Finding humor in a touchy subject: The Not Ready for Bedtime Players use skits to talk about safe sex

  • Olly Kelly, from left, Jason Canuel and Matt Biagi, members of the Not Ready for Bedtime Players, share a joint during a skit called “That Weed” during the recent performance at Mahar Auditorium. STAFF PHOTO/JERREY ROBERTS

  • Keep ‘em laughing: Audience members at Mahar Auditorium respond to a recent performance by the Not Ready for Bedtime Players at UMass. Group members say humor is a key part of their presentations. STAFF PHOTO/JERREY ROBERTS

  • Maya Kosztolitz, left, and Jason Canuel, right, as “Captain Condom,” with other members of the Not Ready for Bedtime Players at a recent performance at Mahar Auditorium at the University of Massachusetts Amherst. STAFF PHOTO/JERREY ROBERTS

  • Will Cole and Hasini Jayawardena perform during a NRBT skit called “Please Don't Tease Me.” STAFF PHOTO/JERREY ROBERTS

  • Aria Zedgoun, left, and Britt Mardis, perform in “Lezbehonest,” one of the many skits the Not Ready for Bedtime Players offer on sex and healthy relationships. STAFF PHOTO/JERREY ROBERTS

For the Gazette
Published: 11/20/2019 4:57:56 PM

What do costumes, a stage, and sex toys have in common besides a strip club?

They’re all imperative for a sexual health comedy troupe at the University of Massachusetts Amherst.

The Not Ready for Bedtime Players (NRBP) is a diverse collective of student actors dedicated to peer sexuality education through free weekly performances of brief, entertaining skits, held on different parts of the campus. Their goal, as stated on the group’s webpage, is to “educate others to think critically about sexuality, encourage fellow students to make safer decisions, and laugh.”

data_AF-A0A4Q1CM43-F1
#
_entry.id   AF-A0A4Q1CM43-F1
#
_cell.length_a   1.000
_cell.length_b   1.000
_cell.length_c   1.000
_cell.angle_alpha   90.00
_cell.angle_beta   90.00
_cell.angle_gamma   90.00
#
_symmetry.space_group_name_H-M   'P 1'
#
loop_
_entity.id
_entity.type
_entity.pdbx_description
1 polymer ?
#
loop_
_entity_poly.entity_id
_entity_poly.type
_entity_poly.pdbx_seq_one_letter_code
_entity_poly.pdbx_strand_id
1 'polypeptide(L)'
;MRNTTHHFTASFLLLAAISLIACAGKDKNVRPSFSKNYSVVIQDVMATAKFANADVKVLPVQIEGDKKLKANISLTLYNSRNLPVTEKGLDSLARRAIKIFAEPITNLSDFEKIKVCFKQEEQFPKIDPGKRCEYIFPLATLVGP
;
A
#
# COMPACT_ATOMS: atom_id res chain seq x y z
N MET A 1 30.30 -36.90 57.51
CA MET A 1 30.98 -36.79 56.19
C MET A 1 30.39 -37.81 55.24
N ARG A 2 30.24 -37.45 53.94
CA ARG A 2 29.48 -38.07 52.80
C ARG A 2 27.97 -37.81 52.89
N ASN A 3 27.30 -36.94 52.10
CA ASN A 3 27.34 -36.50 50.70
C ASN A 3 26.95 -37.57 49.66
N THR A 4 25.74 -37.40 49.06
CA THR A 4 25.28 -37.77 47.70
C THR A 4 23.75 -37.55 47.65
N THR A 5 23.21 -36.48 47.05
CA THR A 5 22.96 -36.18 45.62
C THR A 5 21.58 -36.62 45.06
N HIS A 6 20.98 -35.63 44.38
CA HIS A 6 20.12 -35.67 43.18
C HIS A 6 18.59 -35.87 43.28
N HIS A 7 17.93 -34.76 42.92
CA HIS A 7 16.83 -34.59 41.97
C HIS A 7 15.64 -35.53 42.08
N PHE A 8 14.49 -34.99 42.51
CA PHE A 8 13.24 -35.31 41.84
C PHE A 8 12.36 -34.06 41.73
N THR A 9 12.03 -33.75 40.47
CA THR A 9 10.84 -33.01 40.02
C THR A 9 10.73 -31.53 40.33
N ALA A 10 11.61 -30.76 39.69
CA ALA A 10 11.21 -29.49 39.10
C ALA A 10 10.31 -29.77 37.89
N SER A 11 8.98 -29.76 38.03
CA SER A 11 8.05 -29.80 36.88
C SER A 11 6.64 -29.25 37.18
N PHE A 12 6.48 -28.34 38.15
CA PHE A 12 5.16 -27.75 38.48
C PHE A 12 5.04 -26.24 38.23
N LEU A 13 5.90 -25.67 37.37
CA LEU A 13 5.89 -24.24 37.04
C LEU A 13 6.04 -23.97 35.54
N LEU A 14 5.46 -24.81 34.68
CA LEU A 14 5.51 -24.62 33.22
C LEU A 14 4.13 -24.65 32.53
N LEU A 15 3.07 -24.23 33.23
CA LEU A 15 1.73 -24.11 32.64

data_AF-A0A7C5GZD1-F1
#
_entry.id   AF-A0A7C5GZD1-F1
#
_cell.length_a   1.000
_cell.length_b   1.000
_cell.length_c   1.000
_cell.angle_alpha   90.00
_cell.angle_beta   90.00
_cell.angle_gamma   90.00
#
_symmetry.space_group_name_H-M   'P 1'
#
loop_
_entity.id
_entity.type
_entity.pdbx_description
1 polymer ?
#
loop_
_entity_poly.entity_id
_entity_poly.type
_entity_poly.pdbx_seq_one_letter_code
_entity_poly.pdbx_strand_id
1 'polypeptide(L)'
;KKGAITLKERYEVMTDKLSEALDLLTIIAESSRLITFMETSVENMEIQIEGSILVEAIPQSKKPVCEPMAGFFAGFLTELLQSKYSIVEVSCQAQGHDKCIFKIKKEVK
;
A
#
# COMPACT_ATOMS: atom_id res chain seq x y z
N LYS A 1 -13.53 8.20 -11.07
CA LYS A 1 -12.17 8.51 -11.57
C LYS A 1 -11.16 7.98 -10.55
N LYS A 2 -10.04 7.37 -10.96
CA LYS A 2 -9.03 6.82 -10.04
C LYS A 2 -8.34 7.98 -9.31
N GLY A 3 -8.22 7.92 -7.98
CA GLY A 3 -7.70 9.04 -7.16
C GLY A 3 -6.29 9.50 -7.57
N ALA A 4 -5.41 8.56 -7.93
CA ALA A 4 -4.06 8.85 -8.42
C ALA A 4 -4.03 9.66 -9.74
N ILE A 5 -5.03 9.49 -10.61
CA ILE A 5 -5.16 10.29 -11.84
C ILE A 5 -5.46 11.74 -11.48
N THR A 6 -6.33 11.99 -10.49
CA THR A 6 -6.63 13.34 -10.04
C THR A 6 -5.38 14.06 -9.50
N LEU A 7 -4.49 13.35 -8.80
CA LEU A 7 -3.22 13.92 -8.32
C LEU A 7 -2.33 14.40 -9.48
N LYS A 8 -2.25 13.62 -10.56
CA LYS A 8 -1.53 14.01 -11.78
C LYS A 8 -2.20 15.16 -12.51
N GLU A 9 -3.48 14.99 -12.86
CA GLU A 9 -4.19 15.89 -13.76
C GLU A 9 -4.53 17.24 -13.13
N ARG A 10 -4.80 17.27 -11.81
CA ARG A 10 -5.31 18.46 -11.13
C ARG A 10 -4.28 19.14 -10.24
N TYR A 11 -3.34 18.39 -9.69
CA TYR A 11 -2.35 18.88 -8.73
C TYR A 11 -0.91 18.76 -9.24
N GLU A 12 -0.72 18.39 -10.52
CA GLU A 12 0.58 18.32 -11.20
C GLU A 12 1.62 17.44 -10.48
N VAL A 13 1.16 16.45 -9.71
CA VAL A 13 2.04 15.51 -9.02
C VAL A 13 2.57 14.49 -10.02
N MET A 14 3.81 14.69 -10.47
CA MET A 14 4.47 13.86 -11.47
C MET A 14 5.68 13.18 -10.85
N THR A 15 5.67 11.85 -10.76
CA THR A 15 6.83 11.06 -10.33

“Students respond better to theater, they respond to comedy,” said troupe director Tommy Claire. “We’re able to be funny and sex positive, but we’re also able to go to the shadow, the underbelly, the traumatic stuff that could happen in a relationship.”

To be sex positive is to advocate for people to pursue any type of relationship they desire, as long as boundaries and wishes of all parties are respected. Such relationships could be purely sexual or totally platonic. Claire defines this as “sexual empowerment.”

Each skit promotes safe and respectful approaches relating to a sexual topic, covering basic healthy habits like condom use and other protections from sexually transmitted diseases or unexpected pregnancies. For a recent performance NRBP staged in Mahar Auditorium, the show opened with Captain Condom debating the effectiveness of the contraceptive.

“Just because you guys really trust each other doesn’t make you less at risk for pregnancies, sexually transmitted diseases, and invisible STDs that have no visual signs,” said an actor ensconced in a costume resembling a giant condom.

That message may be even more relevant today. The federal Centers for Disease Control (CDC) reported last month that combined cases of chlamydia, gonorrhea, and all stages of syphilis reached record high numbers in the U.S. in 2018, especially among sexually active people ages 15-24.